‘Spy tapes are like a French girl’

2014-05-25 15:00

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Lawyers of President Jacob Zuma say the “spy tapes” should remain secret because they’re a bit like a photograph that shows a supposedly dead person still alive and well in Paris.

This is an example Zuma’s lawyers have employed to show why they think the so-called spy tapes – which got Zuma off the hook on fraud and corruption charges in 2009 – should be kept secret.

The DA’s court battle to reverse former national director of public prosecutions Mokotedi Mpshe’s decision to drop the criminal charges against Zuma is ready to return to the Supreme Court of Appeal (SCA) for the second time.

In heads of argument filed by Zuma’s lawyer, Kemp J Kemp, he argues that the spy tapes should remain secret because they’re the evidence at the centre of confidential representations Zuma made to the National Prosecuting Authority (NPA).

“Representations must often have at [their] core ‘real’ evidence,” argues Kemp.

He uses the example of a person accused of murder showing the prosecution a photograph of his supposed victim “alive and well, and living in Paris”.

The fact that the prosecution then independently gets a copy of the photograph from the person who took it does not mean the photograph (or tapes) aren’t still part of the confidential representations, Kemp argues.

This argument is an answer to one of the DA’s central contentions in the case: that Zuma can’t claim the tapes are part of his representations because he never actually handed them to the NPA.

When Zuma brought the tapes to the attention of the NPA, his lawyer, Michael Hulley, only made them available for senior NPA officials to listen to.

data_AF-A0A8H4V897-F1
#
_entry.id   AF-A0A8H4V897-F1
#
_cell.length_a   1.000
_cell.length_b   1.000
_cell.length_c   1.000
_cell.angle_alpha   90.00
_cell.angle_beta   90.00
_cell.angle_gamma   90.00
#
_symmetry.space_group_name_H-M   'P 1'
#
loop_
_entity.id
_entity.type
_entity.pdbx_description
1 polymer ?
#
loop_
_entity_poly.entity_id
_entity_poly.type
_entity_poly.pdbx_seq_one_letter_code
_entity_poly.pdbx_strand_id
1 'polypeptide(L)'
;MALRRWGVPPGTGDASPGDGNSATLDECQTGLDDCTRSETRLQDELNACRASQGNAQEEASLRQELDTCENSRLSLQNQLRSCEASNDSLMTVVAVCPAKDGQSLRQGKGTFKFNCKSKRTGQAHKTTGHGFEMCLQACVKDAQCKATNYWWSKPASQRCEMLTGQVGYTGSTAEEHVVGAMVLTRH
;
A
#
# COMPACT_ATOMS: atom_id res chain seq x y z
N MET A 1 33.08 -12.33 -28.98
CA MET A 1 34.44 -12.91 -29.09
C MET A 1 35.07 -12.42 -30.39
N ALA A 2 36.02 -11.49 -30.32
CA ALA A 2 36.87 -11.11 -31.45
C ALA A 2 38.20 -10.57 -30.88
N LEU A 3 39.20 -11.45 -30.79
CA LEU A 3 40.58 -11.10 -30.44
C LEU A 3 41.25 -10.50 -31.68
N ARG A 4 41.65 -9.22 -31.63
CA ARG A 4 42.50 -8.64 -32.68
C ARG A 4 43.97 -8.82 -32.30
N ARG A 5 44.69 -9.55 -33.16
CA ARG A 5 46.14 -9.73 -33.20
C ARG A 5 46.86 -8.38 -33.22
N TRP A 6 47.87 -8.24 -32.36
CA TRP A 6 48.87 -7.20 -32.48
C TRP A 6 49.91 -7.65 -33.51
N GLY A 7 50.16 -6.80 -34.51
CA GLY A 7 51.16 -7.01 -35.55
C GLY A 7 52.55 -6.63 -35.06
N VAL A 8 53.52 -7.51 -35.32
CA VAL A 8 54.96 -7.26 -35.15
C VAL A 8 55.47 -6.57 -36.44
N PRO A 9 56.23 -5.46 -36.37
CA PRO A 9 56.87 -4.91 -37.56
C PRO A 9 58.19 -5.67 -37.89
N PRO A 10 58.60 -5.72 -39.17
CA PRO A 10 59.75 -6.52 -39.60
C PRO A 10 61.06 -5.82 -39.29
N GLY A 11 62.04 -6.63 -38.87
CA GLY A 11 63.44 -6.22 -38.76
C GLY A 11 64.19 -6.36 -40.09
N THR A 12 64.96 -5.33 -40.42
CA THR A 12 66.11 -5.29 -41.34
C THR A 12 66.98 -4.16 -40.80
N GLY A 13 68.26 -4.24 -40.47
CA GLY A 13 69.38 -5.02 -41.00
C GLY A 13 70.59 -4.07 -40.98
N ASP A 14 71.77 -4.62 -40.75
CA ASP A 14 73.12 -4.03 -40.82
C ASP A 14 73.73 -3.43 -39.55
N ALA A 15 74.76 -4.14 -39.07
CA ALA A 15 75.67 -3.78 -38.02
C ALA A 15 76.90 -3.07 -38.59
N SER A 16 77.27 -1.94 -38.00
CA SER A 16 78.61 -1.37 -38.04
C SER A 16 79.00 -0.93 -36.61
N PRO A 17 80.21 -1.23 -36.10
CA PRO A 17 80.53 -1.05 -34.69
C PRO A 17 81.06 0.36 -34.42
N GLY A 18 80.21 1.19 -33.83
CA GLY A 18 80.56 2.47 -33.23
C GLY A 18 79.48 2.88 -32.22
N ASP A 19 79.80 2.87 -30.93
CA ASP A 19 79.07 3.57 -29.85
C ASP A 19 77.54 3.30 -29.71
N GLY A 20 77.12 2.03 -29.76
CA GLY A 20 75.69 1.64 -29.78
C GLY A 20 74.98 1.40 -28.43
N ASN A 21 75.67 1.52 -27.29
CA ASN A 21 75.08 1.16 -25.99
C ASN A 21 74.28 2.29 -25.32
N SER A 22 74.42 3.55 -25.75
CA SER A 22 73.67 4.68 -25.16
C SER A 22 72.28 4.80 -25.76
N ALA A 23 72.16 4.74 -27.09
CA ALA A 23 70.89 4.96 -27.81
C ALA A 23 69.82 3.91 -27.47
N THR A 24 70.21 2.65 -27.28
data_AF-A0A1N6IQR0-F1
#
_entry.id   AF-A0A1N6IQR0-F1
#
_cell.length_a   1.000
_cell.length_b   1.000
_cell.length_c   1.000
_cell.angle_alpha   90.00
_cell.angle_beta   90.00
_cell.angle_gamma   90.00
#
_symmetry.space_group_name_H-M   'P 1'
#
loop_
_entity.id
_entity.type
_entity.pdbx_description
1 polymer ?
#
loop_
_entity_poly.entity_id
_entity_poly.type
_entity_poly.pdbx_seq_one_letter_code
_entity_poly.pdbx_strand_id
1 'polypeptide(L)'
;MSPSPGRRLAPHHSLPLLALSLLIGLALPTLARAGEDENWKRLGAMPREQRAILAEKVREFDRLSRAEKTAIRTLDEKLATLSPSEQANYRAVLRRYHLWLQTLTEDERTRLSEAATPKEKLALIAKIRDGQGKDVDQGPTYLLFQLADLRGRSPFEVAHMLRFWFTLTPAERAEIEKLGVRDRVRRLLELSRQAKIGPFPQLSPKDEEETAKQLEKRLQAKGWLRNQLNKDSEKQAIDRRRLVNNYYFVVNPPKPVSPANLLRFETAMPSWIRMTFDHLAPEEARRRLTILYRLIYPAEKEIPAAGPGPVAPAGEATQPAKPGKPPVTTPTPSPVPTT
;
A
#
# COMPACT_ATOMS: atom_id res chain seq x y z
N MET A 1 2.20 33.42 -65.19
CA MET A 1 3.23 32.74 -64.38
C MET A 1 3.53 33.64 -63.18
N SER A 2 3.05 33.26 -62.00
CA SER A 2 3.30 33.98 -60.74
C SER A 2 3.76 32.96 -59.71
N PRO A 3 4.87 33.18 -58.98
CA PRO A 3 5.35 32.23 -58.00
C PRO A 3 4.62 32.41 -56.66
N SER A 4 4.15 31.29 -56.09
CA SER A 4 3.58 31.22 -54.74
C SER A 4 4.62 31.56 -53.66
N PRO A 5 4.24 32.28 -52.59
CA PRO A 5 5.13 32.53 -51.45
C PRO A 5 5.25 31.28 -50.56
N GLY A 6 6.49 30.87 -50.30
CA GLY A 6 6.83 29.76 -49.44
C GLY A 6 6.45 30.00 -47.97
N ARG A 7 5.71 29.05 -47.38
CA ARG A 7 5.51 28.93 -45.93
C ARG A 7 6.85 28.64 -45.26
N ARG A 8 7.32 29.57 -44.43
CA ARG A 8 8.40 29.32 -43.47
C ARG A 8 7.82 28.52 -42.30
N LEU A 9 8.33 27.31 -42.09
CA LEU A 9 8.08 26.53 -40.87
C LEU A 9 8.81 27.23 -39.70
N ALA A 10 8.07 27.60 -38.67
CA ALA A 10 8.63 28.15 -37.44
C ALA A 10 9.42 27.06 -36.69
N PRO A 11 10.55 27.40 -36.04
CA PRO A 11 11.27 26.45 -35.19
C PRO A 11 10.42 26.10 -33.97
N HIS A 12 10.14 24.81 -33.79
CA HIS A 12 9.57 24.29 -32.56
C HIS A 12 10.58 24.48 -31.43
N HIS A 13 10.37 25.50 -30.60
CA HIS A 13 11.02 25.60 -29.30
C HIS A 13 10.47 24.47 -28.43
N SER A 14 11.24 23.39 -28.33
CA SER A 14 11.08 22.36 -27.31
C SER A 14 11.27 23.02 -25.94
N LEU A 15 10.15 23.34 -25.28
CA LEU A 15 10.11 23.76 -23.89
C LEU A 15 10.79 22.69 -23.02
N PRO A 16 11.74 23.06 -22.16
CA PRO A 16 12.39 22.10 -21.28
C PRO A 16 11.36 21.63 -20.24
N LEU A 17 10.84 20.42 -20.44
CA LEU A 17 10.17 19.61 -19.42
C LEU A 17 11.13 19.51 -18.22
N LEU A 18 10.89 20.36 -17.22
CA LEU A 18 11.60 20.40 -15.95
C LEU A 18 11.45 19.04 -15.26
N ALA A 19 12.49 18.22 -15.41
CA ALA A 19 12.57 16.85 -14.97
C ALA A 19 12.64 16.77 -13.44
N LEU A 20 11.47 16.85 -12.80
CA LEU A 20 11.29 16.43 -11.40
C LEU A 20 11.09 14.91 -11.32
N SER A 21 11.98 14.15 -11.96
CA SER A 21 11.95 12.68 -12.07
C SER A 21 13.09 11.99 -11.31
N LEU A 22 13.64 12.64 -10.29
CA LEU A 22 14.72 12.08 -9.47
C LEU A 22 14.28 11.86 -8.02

The NPA then independently obtained the tapes from the National Intelligence Agency, which declassified them.

The DA has argued that Mpshe, in his announcement of the decision to drop corruption charges against Zuma, made it “perfectly clear” that the transcripts were not part of the confidential representations.

The DA has also taken a swipe at the president and former acting national director of public prosecutions Nomgcobo Jiba, for having “locked the DA into interlocutory [interim] disputes which have delayed and frustrated the review” for five years, Zuma’s entire first term of office.

An interlocutory dispute is an argument between parties that deals with preliminary questions not related to the main court case, such as whether a particular piece of evidence will be allowed in court.

Last year, the high court in Pretoria found against Zuma, ruling that the NPA must file transcriptions and copies of the tape.

“It is opportunistic for [Zuma] to now contend that there was a breach of confidentiality when he benefited from the alleged disclosure,” ruled Judge Rammaka Mathopo at the time.

It is this order Zuma is now appealing against.

The case already made legal history once, when the SCA ruled in 2012 that a court could review a decision to drop corruption charges.

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